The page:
Juicing separates the liquid portion of ingredients from the fibrous pulp part, meaning that all you are left with is the juice. Juicing benefits include increased nutrient intake such as vitamins, minerals and phytonutrients that may reduce your risk for heart disease, various cancers, and inflammatory conditions like arthritis. Consult with a physician before juicing so as to avoid any potential negative effects, such as consuming too few calories.
Vegetables should form the foundation for your juices. Veggies are low in calories, have no added sugar and little to no fat, contain water and are a rich source of essential vitamins, minerals and disease fighting antioxidants. Change the vegetables you use with each juice for different flavors and nutrients. Try a green-based juice that consists of leafy greens such as kale and romaine lettuce with cucumber, celery and parsley. Alternatively, try making a sweeter juice with immune-boosting beets and Vitamin A-rich carrots.
Fruits can complement a vegetable juice to add sweetness and more nutrition. Mango, strawberries, apples, pears and pineapple taste delicious and are a source of vitamin C, fiber and digestive enzymes, which assist with good digestive health. Although you could also make an all-fruit juice by juicing only fruits, you should be careful, as several fruits are high in natural sugars, which can cause blood sugar levels to spike, as well as cause hunger cravings and overeating. Avoid sugar binges by combining fruit with low-sugar green veggies.
Add a liquid base, such as water, to juices to increase volume and nutrition. Water helps hydrate the body from the inside out and also aids good digestion by moving food wastes through the body for elimination. You can also use coconut water as a juicing ingredient. Coconut water is a natural source of electrolytes, potassium and sodium, to help replenish lost stores from exercise or sweating. Look for 100-percent natural coconut water, which has no added sugars, preservatives or artificial flavors.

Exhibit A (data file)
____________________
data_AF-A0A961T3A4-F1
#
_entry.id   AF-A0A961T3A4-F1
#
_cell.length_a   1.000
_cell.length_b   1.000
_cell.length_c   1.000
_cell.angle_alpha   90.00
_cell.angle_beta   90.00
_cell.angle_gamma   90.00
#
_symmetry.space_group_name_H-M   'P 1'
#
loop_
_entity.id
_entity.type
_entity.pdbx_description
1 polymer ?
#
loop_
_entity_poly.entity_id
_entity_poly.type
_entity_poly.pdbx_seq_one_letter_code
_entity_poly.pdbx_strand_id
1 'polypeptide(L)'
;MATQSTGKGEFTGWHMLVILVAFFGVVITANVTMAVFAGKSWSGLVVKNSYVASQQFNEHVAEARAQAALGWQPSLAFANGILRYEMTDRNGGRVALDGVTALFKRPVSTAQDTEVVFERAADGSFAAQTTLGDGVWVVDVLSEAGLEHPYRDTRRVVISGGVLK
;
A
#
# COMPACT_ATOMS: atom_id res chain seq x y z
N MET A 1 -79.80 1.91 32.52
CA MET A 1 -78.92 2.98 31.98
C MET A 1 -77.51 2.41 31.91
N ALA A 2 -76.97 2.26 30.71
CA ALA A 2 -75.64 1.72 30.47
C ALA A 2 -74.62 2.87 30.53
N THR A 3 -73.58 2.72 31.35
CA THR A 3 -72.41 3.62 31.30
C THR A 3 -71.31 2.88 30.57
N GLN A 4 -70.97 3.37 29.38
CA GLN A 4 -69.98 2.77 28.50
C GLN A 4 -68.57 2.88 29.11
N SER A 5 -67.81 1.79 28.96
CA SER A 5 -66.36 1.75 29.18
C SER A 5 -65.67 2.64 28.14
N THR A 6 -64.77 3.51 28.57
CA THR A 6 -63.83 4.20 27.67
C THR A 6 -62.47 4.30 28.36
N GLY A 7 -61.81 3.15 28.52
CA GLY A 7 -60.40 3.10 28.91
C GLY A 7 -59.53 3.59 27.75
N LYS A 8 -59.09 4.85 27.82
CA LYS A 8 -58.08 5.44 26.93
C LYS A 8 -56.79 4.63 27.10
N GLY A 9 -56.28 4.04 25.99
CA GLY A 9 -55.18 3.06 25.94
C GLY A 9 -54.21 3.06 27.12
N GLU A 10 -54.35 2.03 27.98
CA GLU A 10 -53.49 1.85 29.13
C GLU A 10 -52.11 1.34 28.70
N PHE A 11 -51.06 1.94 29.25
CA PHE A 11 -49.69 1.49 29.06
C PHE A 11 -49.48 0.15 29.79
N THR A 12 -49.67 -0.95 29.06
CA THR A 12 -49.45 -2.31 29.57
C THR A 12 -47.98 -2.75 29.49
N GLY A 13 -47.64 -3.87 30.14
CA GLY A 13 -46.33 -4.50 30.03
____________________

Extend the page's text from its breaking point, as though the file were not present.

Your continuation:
Add extra nutrition to basic vegetable and fruit juices with ingredients that are a source of protein and healthy fats. Protein is an essential nutrient that aids in muscle growth and recovery; healthy fats in moderation help maintain healthy skin and nails and aid nutrient absorption. Some fruits and veggies are a source of healthy fats and protein such as avocados and broccoli, respectively. Broccoli boasts 4 grams of protein per 1-cup serving. To increase satiety and prevent hunger cravings, add ingredients such as chia seeds, protein powder and coconut oil to a pressed juice.
- VRG: The Vegetarian Resource Group: Protein In The Vegan Diet
- The Dr. Oz Show: The Healing Properties of Juicing
- The Juice Lady's Turbo Diet: Lose Ten Pounds in Ten Days - The Healthy Way!; Cherie Calbom
- Reboot With Joe: The Truth About Coconut Water
- Nestle Waters: 5 Water Functions In Human Body
- Harvard School of Public Health: The Nutrition Source: Protein
- NIH Senior Health: Eating Well As You Get Older